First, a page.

A Scottish Symphony

Published in Masterworks

November 30 | 8 PM Abravanel Hall
December 1 | 8 PM Abravanel Hall

Thierry Fischer, Conductor
Fumiaki Miura, Violin

Haydn - Symphony No. 3 in G major
Bruch - Scottish Fantasy for Violin and Orchestra, Opus 46
Mendelssohn - Symphony No. 3 in A minor
Debussy - Marche écossaise, sur un thème populaire

Explore the sounds of Scotland, through French and German eyes. Debussy and Bruch used traditional bagpiper tunes and folk songs like "Hey Tuttie Tatie" and "Auld Robb Morris" in their Highland tributes but Mendelssohn needed only the stunning visual beauty of the Holyrood Chapel in Edinburgh to fire his imagination. Though the symphony doesn't use specific Scottish folk melodies, it is filled with the somber mists and tempestuous emotions of that faraway land. Whether by direct quote or subtle impression, the music of this program salutes a proud and unique culture.

Additional Info

  • Program:

    Franz Joseph Haydn - Symphony No. 3 in G Major
    I. Allegro
    II. Andante moderato
    III. Menuet
    IV. [Allegro]
    Max Bruch - Scottish Fantasy for Violin and Orchestra, op. 46
    Prelude: Grave
    I. Adagio cantabile
    II. Allegro
    III. Andante sostenuto
    IV. Finale: Allegro guerriero


    Felix Mendelssohn - Symphony No. 3 in A Minor, op. 56, "Scottish"
    I. Andante con moto - Allegro agitato
    II. Scherzo assai vivace
    III. Adagio cantabile
    IV. Allegro guerriero - Finale maestoso
    Claude Debussy - Marche écossaise, sur un thème populaire

  • Student Tickets:

    Youth in grades 2– 12 (age 8 and older) can enjoy this Utah Symphony performance for $10. Click here for details on youth tickets.

    If you are 30 or younger, discounted tickets are available for this performance through USUO's Upbeat program. Click here for details on Upbeat.

  • Program Notes:

    Haydn - Symphony No. 3 in G Major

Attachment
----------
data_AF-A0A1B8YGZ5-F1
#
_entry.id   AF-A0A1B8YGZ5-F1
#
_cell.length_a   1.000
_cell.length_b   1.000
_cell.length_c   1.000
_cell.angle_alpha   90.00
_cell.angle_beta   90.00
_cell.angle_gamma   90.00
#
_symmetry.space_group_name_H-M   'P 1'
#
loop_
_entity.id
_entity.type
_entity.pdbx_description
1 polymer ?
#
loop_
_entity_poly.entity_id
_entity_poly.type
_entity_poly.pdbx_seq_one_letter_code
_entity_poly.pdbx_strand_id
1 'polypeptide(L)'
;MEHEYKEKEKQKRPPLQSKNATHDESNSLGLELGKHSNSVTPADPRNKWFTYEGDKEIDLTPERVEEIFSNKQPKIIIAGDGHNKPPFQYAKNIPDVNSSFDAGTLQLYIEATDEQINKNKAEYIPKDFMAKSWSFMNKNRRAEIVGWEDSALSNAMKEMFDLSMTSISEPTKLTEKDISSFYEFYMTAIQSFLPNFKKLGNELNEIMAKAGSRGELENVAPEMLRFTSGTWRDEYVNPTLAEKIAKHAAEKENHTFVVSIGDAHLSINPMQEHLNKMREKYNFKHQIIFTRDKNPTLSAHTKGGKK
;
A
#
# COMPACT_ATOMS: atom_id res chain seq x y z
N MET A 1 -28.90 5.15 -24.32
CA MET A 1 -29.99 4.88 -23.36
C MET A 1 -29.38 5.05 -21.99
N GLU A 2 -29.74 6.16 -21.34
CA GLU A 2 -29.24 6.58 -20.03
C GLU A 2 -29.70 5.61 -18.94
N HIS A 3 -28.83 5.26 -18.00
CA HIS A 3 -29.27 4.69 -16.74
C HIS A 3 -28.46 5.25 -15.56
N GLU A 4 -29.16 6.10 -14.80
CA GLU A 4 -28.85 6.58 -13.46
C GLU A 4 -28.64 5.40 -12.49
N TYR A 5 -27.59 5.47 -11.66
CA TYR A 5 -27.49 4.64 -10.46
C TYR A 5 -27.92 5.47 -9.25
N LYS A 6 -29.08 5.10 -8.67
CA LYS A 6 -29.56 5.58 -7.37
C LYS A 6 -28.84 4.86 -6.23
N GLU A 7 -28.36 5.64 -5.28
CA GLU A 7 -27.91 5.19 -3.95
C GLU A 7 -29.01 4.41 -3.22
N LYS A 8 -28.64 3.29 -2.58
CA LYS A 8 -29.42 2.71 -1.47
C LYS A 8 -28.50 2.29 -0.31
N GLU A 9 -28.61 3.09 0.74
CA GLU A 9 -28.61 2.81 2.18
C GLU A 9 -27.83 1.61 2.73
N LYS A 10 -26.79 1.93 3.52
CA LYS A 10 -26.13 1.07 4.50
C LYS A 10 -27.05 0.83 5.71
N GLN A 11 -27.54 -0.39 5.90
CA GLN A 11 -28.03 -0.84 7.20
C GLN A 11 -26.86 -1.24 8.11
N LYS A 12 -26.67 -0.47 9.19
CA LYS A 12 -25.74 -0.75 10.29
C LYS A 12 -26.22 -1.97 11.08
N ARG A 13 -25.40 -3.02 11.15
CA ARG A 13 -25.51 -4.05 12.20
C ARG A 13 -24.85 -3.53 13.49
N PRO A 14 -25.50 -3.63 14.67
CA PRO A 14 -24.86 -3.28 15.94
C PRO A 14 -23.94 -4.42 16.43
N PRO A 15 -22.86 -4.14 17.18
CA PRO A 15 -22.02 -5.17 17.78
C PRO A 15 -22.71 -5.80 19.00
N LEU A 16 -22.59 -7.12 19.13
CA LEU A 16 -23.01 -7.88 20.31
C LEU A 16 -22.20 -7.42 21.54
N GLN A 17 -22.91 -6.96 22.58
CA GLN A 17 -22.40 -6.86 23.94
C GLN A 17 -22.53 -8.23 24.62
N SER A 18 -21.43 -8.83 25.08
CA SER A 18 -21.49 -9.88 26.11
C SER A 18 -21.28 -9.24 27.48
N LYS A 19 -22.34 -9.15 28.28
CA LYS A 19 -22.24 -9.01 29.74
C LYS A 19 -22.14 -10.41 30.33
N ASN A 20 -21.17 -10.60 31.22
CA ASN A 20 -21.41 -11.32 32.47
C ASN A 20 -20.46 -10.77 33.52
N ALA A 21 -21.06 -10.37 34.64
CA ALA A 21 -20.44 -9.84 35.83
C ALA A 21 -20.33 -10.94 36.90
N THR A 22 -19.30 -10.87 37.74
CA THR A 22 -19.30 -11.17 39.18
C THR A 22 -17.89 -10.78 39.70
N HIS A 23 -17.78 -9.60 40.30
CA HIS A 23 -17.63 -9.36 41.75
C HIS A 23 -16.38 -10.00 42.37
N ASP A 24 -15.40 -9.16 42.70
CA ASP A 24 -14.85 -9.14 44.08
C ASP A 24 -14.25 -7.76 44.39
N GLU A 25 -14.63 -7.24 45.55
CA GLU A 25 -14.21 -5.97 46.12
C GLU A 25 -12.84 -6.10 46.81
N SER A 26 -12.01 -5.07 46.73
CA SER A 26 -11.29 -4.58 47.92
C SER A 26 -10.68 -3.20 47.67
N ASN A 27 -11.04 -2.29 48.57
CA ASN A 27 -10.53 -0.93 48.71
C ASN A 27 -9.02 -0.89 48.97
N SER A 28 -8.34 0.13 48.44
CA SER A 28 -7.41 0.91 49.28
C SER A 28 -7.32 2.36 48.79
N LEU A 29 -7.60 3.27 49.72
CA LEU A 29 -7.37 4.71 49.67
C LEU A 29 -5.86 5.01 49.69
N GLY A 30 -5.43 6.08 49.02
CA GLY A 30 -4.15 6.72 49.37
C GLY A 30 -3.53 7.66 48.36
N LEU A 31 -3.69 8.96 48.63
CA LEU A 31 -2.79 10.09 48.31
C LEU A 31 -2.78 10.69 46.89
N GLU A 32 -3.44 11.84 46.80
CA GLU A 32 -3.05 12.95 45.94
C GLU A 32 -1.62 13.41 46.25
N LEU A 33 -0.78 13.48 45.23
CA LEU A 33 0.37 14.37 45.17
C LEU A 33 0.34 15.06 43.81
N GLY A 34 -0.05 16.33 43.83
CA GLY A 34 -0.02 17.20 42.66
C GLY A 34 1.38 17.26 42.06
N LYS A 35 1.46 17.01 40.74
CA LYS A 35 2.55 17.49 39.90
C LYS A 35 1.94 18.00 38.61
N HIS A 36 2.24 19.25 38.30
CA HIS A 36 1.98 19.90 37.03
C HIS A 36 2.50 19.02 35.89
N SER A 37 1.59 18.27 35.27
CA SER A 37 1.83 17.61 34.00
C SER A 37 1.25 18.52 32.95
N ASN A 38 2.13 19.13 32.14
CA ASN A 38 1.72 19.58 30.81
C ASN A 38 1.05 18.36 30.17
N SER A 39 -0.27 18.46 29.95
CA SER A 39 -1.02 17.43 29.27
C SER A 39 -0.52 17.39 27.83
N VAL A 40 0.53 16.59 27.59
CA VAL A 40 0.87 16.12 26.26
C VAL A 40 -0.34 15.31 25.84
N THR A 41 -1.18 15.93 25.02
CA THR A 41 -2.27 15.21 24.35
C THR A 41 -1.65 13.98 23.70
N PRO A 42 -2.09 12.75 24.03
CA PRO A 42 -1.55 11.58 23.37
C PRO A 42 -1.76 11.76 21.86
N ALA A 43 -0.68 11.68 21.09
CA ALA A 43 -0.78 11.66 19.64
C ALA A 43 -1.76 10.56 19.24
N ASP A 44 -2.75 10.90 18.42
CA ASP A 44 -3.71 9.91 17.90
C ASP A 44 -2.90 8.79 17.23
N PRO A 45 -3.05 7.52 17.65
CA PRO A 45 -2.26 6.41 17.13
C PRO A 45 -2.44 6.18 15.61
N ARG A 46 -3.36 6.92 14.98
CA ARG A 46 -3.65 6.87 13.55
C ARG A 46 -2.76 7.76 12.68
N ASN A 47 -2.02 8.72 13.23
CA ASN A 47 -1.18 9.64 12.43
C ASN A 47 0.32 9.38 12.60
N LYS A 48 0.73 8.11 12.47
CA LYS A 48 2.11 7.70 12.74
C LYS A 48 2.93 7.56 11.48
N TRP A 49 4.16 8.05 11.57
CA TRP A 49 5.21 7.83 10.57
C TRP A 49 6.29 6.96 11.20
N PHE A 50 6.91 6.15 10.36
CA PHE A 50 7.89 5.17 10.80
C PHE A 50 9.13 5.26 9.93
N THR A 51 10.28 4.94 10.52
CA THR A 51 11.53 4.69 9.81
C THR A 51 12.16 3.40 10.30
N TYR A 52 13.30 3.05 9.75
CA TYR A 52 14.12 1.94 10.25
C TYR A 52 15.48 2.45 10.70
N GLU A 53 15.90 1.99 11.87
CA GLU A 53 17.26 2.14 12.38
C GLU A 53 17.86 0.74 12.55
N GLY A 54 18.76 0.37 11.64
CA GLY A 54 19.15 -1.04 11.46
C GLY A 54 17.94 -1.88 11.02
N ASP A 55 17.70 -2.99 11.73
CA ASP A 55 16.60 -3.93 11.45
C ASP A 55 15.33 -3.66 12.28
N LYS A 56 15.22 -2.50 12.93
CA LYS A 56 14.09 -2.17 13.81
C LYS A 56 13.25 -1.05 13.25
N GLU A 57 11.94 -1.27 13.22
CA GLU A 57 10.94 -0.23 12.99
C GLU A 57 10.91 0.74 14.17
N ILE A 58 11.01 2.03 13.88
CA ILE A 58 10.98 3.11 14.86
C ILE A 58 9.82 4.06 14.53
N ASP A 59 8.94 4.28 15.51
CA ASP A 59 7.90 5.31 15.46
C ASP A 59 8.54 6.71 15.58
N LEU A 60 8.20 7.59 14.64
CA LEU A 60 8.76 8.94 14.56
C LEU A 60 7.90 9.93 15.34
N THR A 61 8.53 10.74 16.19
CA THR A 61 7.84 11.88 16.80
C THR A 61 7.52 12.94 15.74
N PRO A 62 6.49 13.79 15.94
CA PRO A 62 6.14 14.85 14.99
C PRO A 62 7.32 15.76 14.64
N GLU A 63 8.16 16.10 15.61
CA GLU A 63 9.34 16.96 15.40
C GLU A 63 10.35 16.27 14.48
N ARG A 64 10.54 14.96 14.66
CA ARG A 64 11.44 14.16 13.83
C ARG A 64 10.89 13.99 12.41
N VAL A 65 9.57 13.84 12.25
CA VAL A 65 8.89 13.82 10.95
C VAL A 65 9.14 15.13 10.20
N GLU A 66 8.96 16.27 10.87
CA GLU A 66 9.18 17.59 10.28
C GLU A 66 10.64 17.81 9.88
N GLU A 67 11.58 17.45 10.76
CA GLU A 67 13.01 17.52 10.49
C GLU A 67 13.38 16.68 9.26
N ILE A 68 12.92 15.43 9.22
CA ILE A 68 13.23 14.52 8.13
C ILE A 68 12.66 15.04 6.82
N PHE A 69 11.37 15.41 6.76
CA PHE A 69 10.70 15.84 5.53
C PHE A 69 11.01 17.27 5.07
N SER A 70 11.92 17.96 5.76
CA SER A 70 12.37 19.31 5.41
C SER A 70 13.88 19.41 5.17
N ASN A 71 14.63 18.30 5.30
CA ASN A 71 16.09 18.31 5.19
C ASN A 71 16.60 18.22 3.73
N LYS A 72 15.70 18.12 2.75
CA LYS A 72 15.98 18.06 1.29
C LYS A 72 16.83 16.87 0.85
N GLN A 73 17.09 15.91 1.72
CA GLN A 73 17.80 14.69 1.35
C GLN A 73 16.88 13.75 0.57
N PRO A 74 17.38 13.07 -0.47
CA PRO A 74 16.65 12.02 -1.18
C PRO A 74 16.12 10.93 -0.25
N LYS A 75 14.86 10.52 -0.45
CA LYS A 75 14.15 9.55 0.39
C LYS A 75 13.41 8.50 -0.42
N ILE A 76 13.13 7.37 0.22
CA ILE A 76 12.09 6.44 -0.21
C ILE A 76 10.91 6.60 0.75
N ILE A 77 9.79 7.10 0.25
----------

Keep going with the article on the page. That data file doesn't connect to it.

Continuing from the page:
Bruch - Scottish Fantasy for Violin and Orchestra

    Mendelssohn - Symphony No. 3 in A Minor "Scottish"

    Debussy - Marche écossaise, sur un thème populaire

  • Artist Profile:

    Fumiaki Miura, the First Prize Winner of the International Joseph Joachim Violin-Competition, Hannover 2009 was born in Japan in 1993, and comes from a musical family. His father is a concertmaster and his sister is studying the piano. Fumiaki Miura began to play the violin at the age of three. In 2008 he was admitted to the Toho Gakuen School of Music in Tokyo as one of the most promising future talents and until recently he studied there with Tsugio Tokunaga. Since the beginning of the 2009/10 winter semester, he continues his studies at the Vienna Conservatory with Prof. Pavel Vernikov. He regularly attends master classes for example with Pavel Vernikov, Jean-Jacques Kantrow and Zakhar Bron.

    He has already performed with many orchestras including the NDR Radiophilharmonie, Polish Amadeus Chamber Orchestra, Vienna Chamber Orchestra, NHK Symphony Orchestra, Tokyo Symphony Orchestra, Tokyo Philharmonic,  Ensemble Kanazawa, Osaka Philharmonic, Sapporo Symphony Orchestra and the Nagoya Philharmonic Orchestra.

    In the season 2012-13 Fumiaki will give his debut with NDR Sinfonieorchester Hamburg, at Konzerthaus Vienna with the Vienna Chamber Orchestra and also his first appearance in the US with Utah Symphony. A particular highlight of the current season will be the Polish premiere of Penderecki’s Concerto for Viola and Violin in November 2012 with Julian Rachlin and Poznan Philharmonic.

    Fumiaki Miura did not only win the First Prize of the Hannover Violin-Competition – he also won the Music Critics’ Prize and the Audience Prize of the 2009 competition and is therefore not only the youngest Winner in the history of the Competition, but also the one with the most prizes.

    In both 2003 and 2004 – as an elementary student – Fumiaki Miura won Second Prizes in the All Japan Students’ Music Competition. In 2006, he was awarded the Second Prize at the Yehudi Menuhin International Violin Competition for Young Violinists. When participating in the Music Academy in Miyazaki he was awarded as one of the best performers in 2008 and 2009.